Hundreds of community leaders, faith leaders and several elected officials took part in a march in downtown Chicago Friday, calling for an end to systemic racism on Juneteenth.
Juneteenth, a portmanteau of June and nineteenth, is an annual celebration marking the end of the slavery in the U.S. The holiday commemorates a specific date — June 19, 1865, the day many enslaved people in Texas learned they had been freed.
Demonstrators in Chicago gathered at 12 p.m. at Roosevelt and Columbus and marched north on Columbus to Grant Park.
Several elected officials like Illinois Gov. J.B. Pritzker and Sens. Tammy Duckworth and Dick Durbin were in attendance.
Pastor Chris Harris of Bright Star Community Church in Bronzeville says the movement has five pillars: systemic racism, housing, economic development, physical and mental health as well as pushing for legislation aimed at these goals.
The march marked "the beginning of a citywide movement designed to unite the faith community and residents of this great city in a common cause: the elimination of systemic racism, and so much more," Harris said in a statement.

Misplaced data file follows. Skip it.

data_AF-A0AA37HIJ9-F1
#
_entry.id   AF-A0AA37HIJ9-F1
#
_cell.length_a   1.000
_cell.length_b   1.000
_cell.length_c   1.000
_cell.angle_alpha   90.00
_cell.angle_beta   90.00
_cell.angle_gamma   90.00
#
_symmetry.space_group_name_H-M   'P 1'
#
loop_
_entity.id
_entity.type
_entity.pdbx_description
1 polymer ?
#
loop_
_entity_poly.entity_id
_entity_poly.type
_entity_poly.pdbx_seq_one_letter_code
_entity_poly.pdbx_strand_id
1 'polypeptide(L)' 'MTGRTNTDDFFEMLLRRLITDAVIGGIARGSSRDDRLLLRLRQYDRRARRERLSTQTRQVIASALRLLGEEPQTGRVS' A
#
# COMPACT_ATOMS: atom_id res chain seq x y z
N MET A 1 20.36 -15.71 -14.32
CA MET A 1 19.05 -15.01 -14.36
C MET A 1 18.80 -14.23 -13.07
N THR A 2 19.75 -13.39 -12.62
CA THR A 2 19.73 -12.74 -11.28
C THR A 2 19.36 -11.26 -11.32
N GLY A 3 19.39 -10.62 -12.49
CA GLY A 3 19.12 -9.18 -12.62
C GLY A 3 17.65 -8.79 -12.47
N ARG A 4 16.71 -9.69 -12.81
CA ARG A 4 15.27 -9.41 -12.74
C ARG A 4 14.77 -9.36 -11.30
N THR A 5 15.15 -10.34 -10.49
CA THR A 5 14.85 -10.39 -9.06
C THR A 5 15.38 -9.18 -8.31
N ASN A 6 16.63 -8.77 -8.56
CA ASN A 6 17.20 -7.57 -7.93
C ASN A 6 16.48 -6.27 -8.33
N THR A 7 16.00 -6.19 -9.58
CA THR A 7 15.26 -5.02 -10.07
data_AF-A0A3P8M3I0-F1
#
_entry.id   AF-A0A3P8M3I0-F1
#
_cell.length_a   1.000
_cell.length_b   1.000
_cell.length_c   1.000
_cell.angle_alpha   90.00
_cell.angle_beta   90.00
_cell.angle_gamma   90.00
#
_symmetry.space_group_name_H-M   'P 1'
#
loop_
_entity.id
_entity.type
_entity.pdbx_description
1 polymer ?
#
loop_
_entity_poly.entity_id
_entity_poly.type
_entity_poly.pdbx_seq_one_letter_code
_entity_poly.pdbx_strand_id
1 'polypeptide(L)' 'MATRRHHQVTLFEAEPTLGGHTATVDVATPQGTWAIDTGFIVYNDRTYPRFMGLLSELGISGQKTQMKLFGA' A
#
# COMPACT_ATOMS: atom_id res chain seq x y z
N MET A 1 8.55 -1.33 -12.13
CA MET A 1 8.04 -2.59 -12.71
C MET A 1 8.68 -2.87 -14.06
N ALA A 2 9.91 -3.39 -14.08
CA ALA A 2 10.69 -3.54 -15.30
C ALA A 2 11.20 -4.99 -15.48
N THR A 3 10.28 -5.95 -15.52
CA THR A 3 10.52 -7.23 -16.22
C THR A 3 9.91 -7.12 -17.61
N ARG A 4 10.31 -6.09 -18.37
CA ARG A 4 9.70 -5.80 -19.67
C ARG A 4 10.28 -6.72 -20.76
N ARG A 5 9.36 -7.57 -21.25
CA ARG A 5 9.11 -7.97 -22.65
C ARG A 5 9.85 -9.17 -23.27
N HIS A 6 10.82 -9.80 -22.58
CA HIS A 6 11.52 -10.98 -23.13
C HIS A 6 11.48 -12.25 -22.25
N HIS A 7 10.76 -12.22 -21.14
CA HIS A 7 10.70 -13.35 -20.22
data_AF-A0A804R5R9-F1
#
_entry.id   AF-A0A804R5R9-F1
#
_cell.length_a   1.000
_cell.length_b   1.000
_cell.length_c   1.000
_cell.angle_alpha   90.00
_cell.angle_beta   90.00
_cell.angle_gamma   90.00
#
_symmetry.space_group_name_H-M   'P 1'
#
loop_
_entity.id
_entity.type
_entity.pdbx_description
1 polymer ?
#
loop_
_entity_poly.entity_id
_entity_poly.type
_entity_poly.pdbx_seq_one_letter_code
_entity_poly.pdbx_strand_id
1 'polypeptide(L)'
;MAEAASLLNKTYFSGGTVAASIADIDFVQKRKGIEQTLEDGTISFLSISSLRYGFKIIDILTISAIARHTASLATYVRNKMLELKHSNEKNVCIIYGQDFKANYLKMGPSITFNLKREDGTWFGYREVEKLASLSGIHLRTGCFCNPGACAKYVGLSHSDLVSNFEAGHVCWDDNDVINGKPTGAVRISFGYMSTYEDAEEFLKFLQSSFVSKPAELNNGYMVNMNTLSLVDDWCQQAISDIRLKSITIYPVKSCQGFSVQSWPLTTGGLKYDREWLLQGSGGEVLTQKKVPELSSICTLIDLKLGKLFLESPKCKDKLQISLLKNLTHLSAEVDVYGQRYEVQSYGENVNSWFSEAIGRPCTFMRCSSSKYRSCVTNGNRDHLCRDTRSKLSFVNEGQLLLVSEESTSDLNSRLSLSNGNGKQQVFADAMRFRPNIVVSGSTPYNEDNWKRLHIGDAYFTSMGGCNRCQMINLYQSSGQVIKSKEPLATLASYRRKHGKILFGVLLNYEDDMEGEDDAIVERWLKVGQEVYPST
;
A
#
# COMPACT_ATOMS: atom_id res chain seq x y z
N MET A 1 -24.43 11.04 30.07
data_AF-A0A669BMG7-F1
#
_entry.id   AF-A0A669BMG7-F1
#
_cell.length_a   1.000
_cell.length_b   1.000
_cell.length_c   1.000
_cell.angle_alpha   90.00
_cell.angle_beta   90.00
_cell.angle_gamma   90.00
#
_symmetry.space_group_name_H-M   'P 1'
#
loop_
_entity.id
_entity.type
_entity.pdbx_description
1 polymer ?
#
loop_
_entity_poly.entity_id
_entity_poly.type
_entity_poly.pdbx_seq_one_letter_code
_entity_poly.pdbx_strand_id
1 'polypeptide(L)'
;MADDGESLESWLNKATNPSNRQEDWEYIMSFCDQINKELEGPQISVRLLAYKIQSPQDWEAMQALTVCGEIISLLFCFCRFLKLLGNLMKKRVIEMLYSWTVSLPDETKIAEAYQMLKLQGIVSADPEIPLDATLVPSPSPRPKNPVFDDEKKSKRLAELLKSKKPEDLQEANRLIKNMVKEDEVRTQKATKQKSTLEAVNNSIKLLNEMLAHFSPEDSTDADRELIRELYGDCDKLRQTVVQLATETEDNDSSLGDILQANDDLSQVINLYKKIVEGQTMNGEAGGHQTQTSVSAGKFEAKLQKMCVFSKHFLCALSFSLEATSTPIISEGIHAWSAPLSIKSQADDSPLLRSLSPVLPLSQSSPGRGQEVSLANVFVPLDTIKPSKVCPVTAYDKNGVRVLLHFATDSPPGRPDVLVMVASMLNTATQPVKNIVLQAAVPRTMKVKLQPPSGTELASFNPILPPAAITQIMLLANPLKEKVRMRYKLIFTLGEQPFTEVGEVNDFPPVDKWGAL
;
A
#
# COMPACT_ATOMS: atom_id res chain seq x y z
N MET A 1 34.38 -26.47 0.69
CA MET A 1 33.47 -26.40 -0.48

“Strategically, we chose to start our march and movement at the Christopher Columbus Statue, not just because of its obvious symbolism, but because we want to highlight the deceitful and disruptive foundation upon which this nation was founded," he added.
While marching with participants, Gov. J.B. Pritzker explained two of his top priorities in the fight against racial injustice: criminal justice reform, increasing police accountability and investing in Black communities.
Pritzker also told the crowd that he plans to make Juneteenth a state holiday.
The march to Grant Park was one of several that took place in Chicago Friday to commemorate Juneteenth and call for racial justice.